Example 2 The dispersion of the aluminum lake of aurin tricarboxylic acid was prepared as follows.

Five-tenths g. of aurin tricarboxylic acid was dissolved in 1 cc. 20% sodium hydroxide and 15 cc. water. To this was added 0.75 g. aluminum sulfate (18H2O) which had first been dissolved in water, precipitated and redissolved by the addition of 20% sodium hydroxide solution.

The above combination was then added to cc. of 2.5% gelatin solution at 40 C. Vigorous stirring was maintained during the addition of the alkaline solution. The pH of the gelatin solution was kept between 5.0-5.5 by the addition of dilute sulfuric acid.

When all the alkaline solution had been added, 40 cc. of 10% gelatin was added. Stirring was continued for 5 minutes. The gelatin solution was chilled, shredded, and washed with cold water for 2 hours.

This may be added to the emulsion with very little desensitization. It is bleached in any developer con- 3. taining moderate amounts of sulfite or, if the film is processed only in color developer-low in sulfite; a separate sohltion of, for example, 10% sodium sulfite may be use The following example describes a complete film. strum ture made according to ourinventiorn;

Example 3 Starting with the support, the successive layers for a: negative material are as follows: x

1. Red-sensitive layer. A bromoiodide emulsion with silver halide corresponding to..86 g. sil ver per sq; meter. This emulsion is sensitized with. 3,3 dimethyl=9-ethyl= 4,5,4,5-dibenzthiacarbocyaninechloride, about .15 g.: per mole of silver halide, the exact amount dependingorr; the grain size of the emulsion; It contains aacyan'color former, 2%(4 amylphenoxybut'yrylarnino)4 '-'chlor'o-- 5-. methyl phenol, 650 mg. per sq. meter, dissolved in four times its Weight of dibutylphthalate;,thesolution of the coupler is dispersed in fine droplets in the emulsion.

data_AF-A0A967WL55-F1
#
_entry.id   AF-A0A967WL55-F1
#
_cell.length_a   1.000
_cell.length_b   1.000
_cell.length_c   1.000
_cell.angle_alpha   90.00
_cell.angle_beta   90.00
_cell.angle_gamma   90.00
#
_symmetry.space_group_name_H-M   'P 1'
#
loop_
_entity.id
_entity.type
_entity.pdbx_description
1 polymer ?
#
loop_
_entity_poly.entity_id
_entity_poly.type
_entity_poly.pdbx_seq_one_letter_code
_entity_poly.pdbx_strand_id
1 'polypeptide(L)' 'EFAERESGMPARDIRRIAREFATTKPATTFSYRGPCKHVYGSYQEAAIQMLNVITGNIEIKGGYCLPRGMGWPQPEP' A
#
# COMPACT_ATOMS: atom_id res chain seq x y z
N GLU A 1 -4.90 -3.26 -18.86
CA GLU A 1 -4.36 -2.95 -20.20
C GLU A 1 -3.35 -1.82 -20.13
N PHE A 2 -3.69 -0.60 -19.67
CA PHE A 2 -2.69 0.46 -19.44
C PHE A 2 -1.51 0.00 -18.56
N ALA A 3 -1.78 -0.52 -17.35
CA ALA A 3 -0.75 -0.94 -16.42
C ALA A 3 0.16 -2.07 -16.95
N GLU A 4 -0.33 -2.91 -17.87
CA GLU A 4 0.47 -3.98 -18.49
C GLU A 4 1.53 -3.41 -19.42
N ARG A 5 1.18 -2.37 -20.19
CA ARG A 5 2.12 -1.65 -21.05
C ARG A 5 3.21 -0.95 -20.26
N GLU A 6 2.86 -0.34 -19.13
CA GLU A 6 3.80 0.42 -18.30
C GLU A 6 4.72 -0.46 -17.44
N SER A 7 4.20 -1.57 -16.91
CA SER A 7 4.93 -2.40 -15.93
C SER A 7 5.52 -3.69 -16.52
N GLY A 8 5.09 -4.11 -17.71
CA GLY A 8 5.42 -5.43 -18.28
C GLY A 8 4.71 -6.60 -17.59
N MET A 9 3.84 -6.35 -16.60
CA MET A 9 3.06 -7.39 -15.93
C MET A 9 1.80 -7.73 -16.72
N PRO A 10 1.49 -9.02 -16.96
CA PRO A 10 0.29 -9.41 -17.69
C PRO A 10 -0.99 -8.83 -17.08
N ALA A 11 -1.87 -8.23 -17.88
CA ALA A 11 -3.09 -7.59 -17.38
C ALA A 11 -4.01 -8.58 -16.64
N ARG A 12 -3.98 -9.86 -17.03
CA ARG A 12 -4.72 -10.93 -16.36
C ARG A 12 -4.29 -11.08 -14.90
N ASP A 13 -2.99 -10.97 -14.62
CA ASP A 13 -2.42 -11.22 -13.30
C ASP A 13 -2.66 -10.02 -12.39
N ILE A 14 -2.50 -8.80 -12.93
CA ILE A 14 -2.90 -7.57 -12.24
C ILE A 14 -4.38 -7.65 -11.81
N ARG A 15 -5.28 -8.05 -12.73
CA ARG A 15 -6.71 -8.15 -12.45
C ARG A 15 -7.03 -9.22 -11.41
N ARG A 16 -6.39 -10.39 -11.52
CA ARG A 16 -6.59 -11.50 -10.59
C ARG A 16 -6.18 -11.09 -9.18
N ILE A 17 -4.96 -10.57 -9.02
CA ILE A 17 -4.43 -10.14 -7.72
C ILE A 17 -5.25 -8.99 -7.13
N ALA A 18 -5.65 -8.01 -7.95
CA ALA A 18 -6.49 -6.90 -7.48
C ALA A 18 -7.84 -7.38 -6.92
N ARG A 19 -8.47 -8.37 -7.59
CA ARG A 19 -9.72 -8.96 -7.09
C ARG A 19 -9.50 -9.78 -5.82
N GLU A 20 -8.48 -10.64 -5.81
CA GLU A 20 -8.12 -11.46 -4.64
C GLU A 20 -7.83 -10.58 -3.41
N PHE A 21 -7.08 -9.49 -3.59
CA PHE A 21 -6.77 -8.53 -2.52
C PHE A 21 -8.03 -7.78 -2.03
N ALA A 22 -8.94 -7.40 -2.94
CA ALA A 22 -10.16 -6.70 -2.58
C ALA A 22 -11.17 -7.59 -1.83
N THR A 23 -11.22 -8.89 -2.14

2. Thesecond coat is anemulsion layer. with silver. halide corresponding to 1.07 g. silver per sq. meter: This is sensitized to green with. Z-diphenyIaminQ-SJ-I(.3; ethylbenzothiazolylidene -ethylidene] 4-' 5) thiaz'olo'ne, approximately .15 g. per mole of silver halide, the amountdepending on grain size of the emulsion. It contains as a red light absorber Prussian Blue in.acolloidal dispersion at a concentration of 0.10 g, per sq. meter. As a magentacolor former, there is added 1-(pEp-tert. butylphenoxylphenyl) 3 (inEp-toluenesulfonylaimi no]benzoylamino-S-pyrazolone, 550mg. per sq. meter, dissolved in four times its weight of dibutylphthalate.

3. The third coat is a dispersion .of-colloidal silver in gelatin, 100 mg. per sq. meter. v

4. The fourth coat is an unsensitized bromoiodide emulsion containing silver. halide corresponding; to. ,86 g. silver per sq. meter. To this there is addeda dis persion of the aluminum lake of auri'n tricarboxylie. acid in gelatin, .075 g. (calculated as freeacidtlper sq.- meter.- It contains a yellow color former, N(pbenzoylacetaminobenzenesulfonyl -N- Z-phenylpropyl -p-tert.- amylaniline, 1750 mg. per sq. meter, dissolved in four: times-its. weight of dibutylphthalate.

Our invention will now be described by ;reference to the accompanying drawing. Asshown in Fig. 1 thereof, 10 is a support having thereon a red-sensitive silver halide emulsion layer 11, a green-sensitives'ilver halide emulsion layer 12, a yellow filter layer 13v and. a bluesensitive silver halide emulsion layer 14.. The blue-- sensitive layer 14 contains a magnetadyewhich absorbs 4 part of the green light which the layer 12 records and therefore reduces scattering of green-- light.